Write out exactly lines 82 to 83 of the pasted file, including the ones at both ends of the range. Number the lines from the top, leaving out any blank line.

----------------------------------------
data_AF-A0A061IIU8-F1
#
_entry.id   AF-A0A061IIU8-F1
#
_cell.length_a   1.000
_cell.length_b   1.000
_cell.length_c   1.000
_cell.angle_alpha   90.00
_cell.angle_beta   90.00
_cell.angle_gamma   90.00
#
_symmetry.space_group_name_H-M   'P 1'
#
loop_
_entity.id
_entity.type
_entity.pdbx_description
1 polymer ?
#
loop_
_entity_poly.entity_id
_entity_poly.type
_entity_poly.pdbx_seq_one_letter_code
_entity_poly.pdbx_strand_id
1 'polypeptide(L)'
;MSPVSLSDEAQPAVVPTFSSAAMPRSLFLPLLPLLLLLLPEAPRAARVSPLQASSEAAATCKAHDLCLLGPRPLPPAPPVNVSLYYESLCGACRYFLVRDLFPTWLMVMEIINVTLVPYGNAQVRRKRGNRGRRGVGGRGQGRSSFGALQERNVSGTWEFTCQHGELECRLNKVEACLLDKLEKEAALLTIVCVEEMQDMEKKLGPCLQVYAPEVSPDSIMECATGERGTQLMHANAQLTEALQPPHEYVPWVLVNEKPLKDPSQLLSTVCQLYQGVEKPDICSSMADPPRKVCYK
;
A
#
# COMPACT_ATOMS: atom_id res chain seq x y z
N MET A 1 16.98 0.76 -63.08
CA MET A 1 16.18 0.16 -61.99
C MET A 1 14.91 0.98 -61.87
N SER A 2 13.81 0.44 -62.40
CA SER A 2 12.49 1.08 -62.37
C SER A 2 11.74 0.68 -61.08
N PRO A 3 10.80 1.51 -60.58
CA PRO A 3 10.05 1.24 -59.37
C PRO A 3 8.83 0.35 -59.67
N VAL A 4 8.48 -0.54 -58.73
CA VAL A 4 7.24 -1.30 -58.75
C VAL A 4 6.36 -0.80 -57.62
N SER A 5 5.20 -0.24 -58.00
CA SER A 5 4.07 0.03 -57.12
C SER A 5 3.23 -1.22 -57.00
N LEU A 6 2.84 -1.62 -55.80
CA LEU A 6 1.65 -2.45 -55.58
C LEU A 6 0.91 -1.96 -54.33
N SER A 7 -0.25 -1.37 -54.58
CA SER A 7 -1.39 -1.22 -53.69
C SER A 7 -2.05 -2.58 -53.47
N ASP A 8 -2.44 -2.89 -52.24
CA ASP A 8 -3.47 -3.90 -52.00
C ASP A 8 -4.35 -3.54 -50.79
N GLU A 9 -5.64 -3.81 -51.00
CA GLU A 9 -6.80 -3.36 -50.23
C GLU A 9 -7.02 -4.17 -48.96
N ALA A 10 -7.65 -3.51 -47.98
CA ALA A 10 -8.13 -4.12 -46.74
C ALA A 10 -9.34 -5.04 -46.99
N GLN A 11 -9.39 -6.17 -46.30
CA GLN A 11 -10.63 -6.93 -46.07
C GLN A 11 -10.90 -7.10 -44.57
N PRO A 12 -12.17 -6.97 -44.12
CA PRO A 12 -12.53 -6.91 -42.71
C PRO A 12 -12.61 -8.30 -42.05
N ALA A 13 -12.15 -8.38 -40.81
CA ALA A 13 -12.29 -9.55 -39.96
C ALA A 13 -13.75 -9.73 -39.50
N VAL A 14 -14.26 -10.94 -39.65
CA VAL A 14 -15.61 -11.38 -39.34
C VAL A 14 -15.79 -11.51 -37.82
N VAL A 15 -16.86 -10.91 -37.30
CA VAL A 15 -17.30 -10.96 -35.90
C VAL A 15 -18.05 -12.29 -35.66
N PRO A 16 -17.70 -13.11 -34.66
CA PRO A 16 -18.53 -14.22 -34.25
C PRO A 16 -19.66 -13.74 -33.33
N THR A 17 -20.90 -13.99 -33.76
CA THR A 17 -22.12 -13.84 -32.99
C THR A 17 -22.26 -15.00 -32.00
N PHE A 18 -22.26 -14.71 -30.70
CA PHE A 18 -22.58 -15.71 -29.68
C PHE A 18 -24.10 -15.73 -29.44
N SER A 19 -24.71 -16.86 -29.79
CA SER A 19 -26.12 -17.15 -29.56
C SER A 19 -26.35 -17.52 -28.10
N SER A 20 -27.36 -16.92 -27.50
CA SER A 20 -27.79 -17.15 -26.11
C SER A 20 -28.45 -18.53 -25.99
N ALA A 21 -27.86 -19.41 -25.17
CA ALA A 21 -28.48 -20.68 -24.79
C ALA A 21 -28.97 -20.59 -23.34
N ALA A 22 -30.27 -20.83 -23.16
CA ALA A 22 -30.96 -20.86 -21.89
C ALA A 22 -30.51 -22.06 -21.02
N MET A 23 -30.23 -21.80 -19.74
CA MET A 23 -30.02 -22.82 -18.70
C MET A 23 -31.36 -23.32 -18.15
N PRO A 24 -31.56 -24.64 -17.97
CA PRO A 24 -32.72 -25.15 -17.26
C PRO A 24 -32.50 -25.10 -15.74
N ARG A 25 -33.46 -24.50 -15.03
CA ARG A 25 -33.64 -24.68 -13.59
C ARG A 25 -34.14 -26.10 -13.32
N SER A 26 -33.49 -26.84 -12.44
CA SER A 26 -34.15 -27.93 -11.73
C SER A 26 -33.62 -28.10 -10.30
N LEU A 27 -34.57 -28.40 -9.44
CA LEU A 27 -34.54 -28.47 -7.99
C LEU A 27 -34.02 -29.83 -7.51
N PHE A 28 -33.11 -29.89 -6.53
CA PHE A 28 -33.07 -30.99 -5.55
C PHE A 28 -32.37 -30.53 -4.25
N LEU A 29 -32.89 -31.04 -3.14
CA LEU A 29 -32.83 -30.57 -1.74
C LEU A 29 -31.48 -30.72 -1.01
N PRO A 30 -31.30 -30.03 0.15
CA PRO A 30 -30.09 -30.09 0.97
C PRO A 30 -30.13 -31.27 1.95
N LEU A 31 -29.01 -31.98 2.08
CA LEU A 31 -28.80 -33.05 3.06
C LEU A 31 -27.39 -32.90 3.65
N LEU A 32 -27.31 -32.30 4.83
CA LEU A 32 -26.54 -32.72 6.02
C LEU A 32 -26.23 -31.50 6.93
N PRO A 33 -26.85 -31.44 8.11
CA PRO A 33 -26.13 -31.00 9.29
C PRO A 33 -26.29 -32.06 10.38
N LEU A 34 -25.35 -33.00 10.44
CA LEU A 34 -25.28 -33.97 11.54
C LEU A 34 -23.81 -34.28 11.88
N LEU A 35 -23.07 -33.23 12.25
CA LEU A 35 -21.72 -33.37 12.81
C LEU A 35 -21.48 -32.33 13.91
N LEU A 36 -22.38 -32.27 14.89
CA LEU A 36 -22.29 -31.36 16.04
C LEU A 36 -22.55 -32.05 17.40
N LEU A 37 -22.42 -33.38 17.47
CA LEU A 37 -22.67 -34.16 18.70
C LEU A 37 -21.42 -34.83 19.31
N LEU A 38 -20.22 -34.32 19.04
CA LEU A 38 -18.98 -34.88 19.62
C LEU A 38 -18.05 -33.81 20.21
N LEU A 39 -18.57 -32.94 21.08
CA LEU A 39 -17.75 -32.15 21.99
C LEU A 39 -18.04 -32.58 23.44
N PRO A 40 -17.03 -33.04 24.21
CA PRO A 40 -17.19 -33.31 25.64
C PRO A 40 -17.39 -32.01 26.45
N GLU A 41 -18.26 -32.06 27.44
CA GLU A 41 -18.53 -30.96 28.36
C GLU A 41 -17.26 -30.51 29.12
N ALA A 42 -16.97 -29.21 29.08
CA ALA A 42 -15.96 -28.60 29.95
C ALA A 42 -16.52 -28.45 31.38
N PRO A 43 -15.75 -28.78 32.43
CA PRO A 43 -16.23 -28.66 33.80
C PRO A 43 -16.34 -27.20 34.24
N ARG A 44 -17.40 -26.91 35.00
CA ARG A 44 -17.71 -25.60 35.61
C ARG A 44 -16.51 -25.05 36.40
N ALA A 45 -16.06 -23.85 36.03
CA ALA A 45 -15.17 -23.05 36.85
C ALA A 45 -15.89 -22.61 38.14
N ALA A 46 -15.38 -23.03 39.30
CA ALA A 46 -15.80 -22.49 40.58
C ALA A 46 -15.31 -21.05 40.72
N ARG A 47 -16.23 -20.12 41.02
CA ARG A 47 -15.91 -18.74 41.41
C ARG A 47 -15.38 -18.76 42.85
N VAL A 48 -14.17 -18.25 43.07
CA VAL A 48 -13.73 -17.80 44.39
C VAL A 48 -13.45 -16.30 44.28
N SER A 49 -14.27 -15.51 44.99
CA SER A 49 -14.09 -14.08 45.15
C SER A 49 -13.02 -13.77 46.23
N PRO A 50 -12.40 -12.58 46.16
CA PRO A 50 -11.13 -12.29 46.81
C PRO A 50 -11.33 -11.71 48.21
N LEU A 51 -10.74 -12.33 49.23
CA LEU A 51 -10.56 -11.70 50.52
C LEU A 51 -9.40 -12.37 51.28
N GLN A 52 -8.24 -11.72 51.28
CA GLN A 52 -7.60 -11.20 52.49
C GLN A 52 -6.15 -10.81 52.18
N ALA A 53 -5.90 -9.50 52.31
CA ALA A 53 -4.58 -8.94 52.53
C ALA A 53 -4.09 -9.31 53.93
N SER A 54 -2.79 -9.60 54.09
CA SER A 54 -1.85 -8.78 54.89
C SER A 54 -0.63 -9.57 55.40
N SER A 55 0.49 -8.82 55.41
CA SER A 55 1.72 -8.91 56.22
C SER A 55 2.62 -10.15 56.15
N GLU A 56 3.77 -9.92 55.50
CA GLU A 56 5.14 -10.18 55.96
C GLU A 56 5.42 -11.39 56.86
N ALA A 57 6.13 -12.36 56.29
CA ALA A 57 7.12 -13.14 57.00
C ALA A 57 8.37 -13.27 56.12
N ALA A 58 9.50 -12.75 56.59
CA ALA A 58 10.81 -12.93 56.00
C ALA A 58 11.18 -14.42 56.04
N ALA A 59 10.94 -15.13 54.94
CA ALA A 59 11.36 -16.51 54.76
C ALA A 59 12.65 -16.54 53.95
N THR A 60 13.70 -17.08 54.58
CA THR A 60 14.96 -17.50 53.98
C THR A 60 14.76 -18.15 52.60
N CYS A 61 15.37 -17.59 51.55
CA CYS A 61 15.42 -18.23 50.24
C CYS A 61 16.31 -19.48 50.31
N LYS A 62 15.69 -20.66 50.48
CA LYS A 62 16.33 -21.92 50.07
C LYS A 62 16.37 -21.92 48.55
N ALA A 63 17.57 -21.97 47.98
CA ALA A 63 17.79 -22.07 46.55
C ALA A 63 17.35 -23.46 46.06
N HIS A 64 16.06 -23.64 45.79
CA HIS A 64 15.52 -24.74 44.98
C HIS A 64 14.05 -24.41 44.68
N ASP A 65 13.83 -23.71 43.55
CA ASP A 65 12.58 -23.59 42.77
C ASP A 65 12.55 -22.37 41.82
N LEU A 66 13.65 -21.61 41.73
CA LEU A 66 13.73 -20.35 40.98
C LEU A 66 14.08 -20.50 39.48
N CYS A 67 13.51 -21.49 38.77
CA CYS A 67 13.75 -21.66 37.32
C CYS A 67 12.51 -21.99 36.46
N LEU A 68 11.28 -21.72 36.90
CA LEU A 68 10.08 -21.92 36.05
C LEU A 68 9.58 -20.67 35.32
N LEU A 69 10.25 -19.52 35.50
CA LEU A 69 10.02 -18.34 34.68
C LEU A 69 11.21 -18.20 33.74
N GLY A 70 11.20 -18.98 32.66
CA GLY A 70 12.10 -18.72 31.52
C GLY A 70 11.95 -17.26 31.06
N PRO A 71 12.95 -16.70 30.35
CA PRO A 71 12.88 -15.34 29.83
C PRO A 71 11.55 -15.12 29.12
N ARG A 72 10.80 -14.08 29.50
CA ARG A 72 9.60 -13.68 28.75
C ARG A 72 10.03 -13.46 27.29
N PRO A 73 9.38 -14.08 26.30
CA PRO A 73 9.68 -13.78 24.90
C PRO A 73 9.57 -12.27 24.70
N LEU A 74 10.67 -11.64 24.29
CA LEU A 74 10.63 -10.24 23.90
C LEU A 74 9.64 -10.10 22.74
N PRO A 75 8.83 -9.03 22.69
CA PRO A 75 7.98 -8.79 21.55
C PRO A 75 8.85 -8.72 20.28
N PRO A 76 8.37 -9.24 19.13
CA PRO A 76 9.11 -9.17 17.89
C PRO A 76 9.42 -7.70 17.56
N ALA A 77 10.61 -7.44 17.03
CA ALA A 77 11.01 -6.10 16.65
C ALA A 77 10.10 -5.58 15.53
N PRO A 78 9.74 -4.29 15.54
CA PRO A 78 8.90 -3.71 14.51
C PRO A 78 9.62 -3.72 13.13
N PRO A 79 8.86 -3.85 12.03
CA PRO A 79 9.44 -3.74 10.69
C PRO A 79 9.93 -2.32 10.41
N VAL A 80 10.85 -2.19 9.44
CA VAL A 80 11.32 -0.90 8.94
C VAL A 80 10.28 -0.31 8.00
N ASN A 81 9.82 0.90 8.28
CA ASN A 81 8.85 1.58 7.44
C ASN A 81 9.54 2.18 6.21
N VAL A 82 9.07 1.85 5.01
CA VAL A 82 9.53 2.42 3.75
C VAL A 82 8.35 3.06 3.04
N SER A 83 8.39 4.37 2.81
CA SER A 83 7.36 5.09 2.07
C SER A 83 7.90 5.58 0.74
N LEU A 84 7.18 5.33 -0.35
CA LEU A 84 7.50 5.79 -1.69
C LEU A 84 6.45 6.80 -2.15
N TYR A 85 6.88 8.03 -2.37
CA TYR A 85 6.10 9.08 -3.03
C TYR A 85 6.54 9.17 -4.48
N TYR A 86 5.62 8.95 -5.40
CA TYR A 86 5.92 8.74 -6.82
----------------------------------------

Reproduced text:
N PHE A 18 -22.26 -14.71 -30.70
CA PHE A 18 -22.58 -15.71 -29.68